Dealing in Gold and Silver

If you wish to be a gold, silver or jewellery dealer, the first thing you have to do is acquire a hallmark book. You legally are required to have hallmark guides when trading in gold, silver and platinum goods, so ensure that you have one present to avoid trouble. You can obtain a copy from most reputable bookshops and antiques fairs.

Learn the essential hallmarks such as the Birmingham’s anchor and any other most commonly used ones from the book. You might find that some dealers do what’s called a ‘marriage’ – putting an authentic hallmark on an later piece, if you know your hallmarks, you will avoid this costly mistake. This is not a rampantly common practice, but always check the base of the item for any tell-tale signs such as lumps on the side where they were replaced.

Be selective when buying your pieces, as not everything made from silver or gold is instantly sellable. Go for well-designed, stylish pieces – bigger does not necessarily mean more expensive, as some smaller silver/pewter snuffboxes sell really well.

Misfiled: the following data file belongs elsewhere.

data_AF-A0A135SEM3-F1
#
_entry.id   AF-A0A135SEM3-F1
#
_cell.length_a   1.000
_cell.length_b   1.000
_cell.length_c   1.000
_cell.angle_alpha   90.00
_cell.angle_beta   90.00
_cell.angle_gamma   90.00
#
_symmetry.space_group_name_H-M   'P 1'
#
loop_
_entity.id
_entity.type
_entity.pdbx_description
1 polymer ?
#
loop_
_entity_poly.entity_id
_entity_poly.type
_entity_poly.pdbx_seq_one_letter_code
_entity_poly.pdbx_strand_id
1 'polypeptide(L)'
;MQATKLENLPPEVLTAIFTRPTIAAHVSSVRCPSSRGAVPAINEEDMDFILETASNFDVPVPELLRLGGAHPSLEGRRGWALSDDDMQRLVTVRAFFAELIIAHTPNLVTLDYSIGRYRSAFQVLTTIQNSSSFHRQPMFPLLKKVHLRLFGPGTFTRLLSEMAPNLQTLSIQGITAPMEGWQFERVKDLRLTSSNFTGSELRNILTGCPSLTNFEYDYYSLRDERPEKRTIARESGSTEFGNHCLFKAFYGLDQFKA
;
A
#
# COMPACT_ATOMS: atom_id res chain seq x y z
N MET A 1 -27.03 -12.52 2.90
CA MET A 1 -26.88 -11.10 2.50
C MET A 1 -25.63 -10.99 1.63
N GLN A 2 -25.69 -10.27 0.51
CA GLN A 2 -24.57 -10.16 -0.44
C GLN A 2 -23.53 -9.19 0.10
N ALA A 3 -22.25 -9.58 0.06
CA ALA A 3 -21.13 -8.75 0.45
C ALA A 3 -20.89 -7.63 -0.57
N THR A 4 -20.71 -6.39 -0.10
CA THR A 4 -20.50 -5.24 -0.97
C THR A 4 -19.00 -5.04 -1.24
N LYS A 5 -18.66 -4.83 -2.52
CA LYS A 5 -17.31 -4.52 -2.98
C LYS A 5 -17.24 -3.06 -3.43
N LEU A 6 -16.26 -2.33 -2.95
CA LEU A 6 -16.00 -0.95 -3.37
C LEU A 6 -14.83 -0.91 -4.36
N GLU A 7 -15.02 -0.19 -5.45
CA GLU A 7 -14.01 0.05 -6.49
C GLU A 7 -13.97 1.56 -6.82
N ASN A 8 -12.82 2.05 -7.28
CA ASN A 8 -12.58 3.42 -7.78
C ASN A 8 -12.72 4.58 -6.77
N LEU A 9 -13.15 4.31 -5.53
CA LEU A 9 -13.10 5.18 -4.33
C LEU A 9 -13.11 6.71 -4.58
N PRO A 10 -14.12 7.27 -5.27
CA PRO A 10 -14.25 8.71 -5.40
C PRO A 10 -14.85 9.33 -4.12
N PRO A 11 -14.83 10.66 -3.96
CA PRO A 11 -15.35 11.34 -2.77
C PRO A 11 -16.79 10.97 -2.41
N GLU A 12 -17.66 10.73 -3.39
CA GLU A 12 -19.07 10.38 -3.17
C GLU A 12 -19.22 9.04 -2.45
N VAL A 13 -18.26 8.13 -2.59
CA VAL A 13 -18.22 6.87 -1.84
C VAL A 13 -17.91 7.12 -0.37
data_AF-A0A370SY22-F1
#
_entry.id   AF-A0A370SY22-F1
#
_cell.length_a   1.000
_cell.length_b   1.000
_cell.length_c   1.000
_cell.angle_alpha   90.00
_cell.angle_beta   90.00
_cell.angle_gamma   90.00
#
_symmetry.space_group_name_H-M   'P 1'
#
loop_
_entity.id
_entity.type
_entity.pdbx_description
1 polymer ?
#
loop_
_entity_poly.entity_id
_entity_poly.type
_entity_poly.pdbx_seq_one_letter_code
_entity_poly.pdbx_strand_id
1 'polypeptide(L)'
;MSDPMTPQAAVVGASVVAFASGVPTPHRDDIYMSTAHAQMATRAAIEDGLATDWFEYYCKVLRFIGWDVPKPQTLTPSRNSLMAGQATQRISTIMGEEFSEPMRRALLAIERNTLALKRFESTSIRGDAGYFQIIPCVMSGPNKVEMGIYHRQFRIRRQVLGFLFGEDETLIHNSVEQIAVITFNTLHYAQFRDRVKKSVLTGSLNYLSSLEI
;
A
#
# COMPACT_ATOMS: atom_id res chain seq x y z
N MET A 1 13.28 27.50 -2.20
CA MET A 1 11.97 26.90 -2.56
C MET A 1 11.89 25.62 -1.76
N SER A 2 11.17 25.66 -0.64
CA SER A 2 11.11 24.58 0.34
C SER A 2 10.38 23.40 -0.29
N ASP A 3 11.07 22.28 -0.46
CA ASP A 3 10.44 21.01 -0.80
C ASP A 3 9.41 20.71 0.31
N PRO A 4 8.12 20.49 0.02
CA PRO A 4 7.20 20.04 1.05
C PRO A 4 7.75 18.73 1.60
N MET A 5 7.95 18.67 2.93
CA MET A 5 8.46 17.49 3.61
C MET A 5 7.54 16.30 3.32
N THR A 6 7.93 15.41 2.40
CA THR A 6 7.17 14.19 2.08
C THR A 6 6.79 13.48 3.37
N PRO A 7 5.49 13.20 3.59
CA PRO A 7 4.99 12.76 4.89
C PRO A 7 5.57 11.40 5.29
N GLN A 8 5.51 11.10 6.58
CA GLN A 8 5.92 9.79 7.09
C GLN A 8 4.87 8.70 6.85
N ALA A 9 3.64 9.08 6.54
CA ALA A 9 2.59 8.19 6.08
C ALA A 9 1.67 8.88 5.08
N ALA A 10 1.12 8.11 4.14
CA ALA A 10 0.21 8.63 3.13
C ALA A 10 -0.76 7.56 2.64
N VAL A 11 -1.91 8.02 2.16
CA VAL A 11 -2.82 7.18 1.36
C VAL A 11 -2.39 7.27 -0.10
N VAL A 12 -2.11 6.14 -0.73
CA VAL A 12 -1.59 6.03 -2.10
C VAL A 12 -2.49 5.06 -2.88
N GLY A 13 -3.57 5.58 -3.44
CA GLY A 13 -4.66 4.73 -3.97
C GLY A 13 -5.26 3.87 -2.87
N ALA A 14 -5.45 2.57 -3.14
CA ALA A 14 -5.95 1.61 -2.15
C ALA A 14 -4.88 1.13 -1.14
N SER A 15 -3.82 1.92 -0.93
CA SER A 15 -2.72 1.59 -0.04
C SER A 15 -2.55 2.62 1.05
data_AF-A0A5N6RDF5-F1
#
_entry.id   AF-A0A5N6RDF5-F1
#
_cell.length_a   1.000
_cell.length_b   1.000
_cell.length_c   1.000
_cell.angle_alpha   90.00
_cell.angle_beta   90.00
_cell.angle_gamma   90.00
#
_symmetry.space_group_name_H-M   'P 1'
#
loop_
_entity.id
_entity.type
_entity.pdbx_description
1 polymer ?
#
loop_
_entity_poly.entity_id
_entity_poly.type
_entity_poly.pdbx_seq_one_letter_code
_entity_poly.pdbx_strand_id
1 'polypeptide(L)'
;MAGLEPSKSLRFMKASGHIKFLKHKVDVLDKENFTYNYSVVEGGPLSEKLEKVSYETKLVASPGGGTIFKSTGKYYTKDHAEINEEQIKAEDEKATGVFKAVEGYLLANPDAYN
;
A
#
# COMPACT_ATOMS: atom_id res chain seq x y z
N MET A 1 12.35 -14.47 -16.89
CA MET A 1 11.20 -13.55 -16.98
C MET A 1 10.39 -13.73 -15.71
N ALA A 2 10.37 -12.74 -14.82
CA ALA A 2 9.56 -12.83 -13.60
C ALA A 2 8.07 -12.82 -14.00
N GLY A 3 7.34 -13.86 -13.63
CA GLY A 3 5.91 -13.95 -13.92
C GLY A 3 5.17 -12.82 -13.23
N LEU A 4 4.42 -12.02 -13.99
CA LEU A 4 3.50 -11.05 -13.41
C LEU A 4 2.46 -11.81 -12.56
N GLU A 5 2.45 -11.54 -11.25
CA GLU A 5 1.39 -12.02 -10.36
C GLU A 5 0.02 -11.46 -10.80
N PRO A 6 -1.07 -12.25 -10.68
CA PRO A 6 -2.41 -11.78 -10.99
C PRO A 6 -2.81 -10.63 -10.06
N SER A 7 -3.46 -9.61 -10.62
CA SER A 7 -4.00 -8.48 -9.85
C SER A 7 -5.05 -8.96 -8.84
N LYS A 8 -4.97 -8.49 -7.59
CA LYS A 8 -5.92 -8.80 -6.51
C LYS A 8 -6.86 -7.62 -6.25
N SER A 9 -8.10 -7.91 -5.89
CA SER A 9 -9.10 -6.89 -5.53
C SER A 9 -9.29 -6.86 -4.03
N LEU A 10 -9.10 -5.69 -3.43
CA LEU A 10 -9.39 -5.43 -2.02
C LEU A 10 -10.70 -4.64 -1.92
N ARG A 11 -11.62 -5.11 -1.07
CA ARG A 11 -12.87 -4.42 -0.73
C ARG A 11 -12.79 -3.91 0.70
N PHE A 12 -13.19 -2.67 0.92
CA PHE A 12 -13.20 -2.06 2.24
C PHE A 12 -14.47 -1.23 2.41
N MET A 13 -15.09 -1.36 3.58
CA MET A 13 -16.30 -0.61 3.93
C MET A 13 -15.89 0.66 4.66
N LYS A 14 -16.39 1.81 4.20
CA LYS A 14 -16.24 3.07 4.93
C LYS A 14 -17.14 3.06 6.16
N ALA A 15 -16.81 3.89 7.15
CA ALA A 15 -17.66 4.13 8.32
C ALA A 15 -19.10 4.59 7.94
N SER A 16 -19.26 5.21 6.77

Some favourites include but are not limited to:

Teapots and coffee pots (matching milk jugs and sugar bowls increase value)
Toast racks (especially those by Liberty)
Tankards
Pillboxes and snuffboxes
Candle holders
Bowls of various sizes
Platters and large plates
Display stands for preserve jars
Salt cellars
Pepper pots
Mustard pots
Cruets
Vestas or match boxes
Small picture frames
Cigarette boxes
Business card cases
Tie-pins
Scissors and knives

Invest in a gold tester for non-hallmarked or costly pieces. Make sure to carefully clean the items before selling or displaying them, as that will increase value.

Always be aware of safety precautions – have lockable cases for your jewellery and smaller items. Carefully wrap your larger items in opaque covering to avoid advertising your costly purchases and merchandise when walking down the street or transporting by car.